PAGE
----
VanAntwerp Attorneys, LLP
Phone: 606-618-0698

Ashland, Kentucky, Legal Blog

Overcoming co-parenting misconceptions

Eighty percent of court-ordered child custody cases see mothers awarded full physical custody of their children

While it seems to be a safe assumption that the statistic is outdated, the percentage reflects the current year. A vast majority of decisions see children in mom’s household for stability while dad is left with the standard one night a week and every other weekend.

Can technology improve the co-parenting relationship?

Modern-day technology has created innovation beyond anyone’s wildest imagination. Some see the internet, social media and the smartphones that house the apps making life more intrusive. Others see it as making life better, if not a little more convenient. The chance to stay in touch with friends and family through multiple forms of communication has never been easier.

Co-parenting in the age of texting and Twitter is as challenging as a time well before the introduction of dial-up America Online and suitcase-sized cell phones. However, it does afford divorced parents opportunities to not only stay in touch with their children, but also provide much-needed stability.

Skip parts, or all, of probate by following these steps

Probate has a terrible reputation, and this is because it can a time-consuming and stressful process for the beneficiaries of an estate. Ultimately, though, probate is just the legal process of executing and finalizing an estate in court. It is simply procedural. There is no inherent bias that makes it "bad." Nevertheless, most people do everything they can to organize their estate in a way that skips or avoids probate. There are some tremendous advantages to doing this.

But what kinds of steps can you take to avoid probate? And how should you organize some of your assets and property to optimize your estate and to help out your beneficiaries? Let us count the ways:

What is the definition of parentage?

The paradigm shift that resulted from the U.S. Supreme Court granting same-sex couples the right to marry is forcing many states to fill in their own legal blanks. While the Obergefell vs. Hodges ruling two years ago settled a larger issue, smaller matters remain open to interpretation while opening the floodgates of litigation.

States were left to find a way to interpret their laws in a gender-neutral way when it comes to marriage, divorce, child custody, taxes and property ownership. A case before the Arizona Supreme Court is one of many throughout the nation that is starting the discussions sprinkled with a few debates.

Getting your business off on the wrong foot

Choosing the right structure for your business at the very beginning may be the most important decision you will make.

At VanAntwerp Attorneys, we assist business start-ups in making the choice that leads to success, not frustration.

The personal and legal challenges blended families face

Getting life back on track for divorced parents is often challenging. Equally complicated, if not extremely stressful, is a remarriage involving a new spouse who also has children from a previous relationship.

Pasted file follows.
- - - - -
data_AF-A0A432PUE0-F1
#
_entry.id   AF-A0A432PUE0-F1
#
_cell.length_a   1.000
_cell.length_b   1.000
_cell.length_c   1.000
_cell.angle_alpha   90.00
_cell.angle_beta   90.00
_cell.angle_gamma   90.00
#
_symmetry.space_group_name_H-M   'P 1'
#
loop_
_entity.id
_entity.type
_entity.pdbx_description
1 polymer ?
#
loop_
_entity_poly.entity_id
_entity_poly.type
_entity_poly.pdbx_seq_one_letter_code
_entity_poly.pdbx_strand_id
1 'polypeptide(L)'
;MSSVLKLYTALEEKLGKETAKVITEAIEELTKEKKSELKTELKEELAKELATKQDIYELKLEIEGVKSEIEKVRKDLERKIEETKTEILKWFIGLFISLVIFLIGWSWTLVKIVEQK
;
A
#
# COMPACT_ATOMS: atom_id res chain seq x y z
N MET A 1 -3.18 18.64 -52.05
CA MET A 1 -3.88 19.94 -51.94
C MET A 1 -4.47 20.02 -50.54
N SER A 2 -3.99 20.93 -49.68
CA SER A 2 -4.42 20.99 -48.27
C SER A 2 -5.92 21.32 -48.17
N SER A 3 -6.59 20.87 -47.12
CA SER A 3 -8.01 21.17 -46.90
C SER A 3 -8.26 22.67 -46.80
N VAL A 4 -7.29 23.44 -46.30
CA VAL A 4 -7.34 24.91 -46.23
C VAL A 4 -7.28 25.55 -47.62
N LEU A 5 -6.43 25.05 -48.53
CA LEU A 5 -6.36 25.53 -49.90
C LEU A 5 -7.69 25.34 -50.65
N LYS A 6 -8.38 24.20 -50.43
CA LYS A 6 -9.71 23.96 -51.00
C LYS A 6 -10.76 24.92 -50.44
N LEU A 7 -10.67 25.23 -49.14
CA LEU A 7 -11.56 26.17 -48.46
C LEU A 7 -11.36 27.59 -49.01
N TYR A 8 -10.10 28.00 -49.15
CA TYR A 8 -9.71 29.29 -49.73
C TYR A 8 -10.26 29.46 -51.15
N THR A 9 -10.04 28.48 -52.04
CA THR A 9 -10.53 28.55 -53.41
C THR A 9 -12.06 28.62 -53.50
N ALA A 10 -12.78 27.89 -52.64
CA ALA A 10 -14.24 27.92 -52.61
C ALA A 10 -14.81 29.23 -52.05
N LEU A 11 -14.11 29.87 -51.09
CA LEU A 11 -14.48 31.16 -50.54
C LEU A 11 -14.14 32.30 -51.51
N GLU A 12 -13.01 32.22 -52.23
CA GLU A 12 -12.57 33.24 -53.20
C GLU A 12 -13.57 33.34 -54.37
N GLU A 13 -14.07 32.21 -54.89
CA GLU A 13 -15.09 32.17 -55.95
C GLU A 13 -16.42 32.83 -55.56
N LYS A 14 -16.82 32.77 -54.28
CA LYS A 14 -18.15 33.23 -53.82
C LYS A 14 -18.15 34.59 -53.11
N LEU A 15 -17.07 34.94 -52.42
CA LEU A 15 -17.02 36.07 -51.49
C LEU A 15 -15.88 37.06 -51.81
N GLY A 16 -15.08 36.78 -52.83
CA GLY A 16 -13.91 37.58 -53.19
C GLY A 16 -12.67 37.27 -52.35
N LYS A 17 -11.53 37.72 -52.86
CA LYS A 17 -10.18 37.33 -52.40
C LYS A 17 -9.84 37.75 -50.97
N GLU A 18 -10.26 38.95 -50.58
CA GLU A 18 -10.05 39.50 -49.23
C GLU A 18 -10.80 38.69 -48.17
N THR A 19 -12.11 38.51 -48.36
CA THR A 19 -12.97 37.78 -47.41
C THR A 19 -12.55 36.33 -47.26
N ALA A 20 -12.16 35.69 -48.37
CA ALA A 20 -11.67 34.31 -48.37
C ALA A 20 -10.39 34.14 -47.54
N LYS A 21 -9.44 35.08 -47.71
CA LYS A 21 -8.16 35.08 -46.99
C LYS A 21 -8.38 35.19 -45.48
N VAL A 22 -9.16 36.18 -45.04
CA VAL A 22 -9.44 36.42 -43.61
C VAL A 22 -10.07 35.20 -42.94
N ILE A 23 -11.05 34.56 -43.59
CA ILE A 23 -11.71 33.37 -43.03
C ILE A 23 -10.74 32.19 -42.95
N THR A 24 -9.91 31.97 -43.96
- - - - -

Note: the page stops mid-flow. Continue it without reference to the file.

While happily portrayed in television series and movies, life for blended families rarely is an experience akin to The Brady Bunch. In fact, a more accurate depiction may be, "The Parent Trap."

If marriage equals love, does divorce have to equal hate?

Is it possible to be too friendly to be considered a "real" divorced couple?

Parents and children view divorce in remarkably different ways. For many kids, the end of a marriage means that once-united parents will be forever bitterly divided. That perception likely comes from their friends who have dealt with similar, life-changing events. Whether in school or at play, they witness firsthand their peers trapped in the middle of heated disputes and stressed over one household becoming two.

Avoiding pitfalls through effective co-parenting

Parenting during a marriage presents significant challenges. The happiest of married couples can often disagree over the approach to raising children. Others decide to split up their roles, playing to their respective strengths.

However, when parents divorce and no longer reside under one roof, greater hurdles exist. Personal issues, if not outright animosity can serve as barriers to productive co-parenting. Children also face the temptation of playing one parent against the other.

Keeping up with social media and the policies related to its use

A generation of workers is entering the workforce without the slightest notion of what life was like before the internet. The subsequent advent of social media saw older people struggling to keep up while s younger generation quickly adapted to what they saw as a logical next step.

Employers as well find themselves surrounded by the ever-changing digital landscape. Texting, tweeting and Facebook posting have become as common as face-to-face interactions. With the ever-changing nature of social media, companies struggle to keep up by continually updating related policies, some as old as MySpace.

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